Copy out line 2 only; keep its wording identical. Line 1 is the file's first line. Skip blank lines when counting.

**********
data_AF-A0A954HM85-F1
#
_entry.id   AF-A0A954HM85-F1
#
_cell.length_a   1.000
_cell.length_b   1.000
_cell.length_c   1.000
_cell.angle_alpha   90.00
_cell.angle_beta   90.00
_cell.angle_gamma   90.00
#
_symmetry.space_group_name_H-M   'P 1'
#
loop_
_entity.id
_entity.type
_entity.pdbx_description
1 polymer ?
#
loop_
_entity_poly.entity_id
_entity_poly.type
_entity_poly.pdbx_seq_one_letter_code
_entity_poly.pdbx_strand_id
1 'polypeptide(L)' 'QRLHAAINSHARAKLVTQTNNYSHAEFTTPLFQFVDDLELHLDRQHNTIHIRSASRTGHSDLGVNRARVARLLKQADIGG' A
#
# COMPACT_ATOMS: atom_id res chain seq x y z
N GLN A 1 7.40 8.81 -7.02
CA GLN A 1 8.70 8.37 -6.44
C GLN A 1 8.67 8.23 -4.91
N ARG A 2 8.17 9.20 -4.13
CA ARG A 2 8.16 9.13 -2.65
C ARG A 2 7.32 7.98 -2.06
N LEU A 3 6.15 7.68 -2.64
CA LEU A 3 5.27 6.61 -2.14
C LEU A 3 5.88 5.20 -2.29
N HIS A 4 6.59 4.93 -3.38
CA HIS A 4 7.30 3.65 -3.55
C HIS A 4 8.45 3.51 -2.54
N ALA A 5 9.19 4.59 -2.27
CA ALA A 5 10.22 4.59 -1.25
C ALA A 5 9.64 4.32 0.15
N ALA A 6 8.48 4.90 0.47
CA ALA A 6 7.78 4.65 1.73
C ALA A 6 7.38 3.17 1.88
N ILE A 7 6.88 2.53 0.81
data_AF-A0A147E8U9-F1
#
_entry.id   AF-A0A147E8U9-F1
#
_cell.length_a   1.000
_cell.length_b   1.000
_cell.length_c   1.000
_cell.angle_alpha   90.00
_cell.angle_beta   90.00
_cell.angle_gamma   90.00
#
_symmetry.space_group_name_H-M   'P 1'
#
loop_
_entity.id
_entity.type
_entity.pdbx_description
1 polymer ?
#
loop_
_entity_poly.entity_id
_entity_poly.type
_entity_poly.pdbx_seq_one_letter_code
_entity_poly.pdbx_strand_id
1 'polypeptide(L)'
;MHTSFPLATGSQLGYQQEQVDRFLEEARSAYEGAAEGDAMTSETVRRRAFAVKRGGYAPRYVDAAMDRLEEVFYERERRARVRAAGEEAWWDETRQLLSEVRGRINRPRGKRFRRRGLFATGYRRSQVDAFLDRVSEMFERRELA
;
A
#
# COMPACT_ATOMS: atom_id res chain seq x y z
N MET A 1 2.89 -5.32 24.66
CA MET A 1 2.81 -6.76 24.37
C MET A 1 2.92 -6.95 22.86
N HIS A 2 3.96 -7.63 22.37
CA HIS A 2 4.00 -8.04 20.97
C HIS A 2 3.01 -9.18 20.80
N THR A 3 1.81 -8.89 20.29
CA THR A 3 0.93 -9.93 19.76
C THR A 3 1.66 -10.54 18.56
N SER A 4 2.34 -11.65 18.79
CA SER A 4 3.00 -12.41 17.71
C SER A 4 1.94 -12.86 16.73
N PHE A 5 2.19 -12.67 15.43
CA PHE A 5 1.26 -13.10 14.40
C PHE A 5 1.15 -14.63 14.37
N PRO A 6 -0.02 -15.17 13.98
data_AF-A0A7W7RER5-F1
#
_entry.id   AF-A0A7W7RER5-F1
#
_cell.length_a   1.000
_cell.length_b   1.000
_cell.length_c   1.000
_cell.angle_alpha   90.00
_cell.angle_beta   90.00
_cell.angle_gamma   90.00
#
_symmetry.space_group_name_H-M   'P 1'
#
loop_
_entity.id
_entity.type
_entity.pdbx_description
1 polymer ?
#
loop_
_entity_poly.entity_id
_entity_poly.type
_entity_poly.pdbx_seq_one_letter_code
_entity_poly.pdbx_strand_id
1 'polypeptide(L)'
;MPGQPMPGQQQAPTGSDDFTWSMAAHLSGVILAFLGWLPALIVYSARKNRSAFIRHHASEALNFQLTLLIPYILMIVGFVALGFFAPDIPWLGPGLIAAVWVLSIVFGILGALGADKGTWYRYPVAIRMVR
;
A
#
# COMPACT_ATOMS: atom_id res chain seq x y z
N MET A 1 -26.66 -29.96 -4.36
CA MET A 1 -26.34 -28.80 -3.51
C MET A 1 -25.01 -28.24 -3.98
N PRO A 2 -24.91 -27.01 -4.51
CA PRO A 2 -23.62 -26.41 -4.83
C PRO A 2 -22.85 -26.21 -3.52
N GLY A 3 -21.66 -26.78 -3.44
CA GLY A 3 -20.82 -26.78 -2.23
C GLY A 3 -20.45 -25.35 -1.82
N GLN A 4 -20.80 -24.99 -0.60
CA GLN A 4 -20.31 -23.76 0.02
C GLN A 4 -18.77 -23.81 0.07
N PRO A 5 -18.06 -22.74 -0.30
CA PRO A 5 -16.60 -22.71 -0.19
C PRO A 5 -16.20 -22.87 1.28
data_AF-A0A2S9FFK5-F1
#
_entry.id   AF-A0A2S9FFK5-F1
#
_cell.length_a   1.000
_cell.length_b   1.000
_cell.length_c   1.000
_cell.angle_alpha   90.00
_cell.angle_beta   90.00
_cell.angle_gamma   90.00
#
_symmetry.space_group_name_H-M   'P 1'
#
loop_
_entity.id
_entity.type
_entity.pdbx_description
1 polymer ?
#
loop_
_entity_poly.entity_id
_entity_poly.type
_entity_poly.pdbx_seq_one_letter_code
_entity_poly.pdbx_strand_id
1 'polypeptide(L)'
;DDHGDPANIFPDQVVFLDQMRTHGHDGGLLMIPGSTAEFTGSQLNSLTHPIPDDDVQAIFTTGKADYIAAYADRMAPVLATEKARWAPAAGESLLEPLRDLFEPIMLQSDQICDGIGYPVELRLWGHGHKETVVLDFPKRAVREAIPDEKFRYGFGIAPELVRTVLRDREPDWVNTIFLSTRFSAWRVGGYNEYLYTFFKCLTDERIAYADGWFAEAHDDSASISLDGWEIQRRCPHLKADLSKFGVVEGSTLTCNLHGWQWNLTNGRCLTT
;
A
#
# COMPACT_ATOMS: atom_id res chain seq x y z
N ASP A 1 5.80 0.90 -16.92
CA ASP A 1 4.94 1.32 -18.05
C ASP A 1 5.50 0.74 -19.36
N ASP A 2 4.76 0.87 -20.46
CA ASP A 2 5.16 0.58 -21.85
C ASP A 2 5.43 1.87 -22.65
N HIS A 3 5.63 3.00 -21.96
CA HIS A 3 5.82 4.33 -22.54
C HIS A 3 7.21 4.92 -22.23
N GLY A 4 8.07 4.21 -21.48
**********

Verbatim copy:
#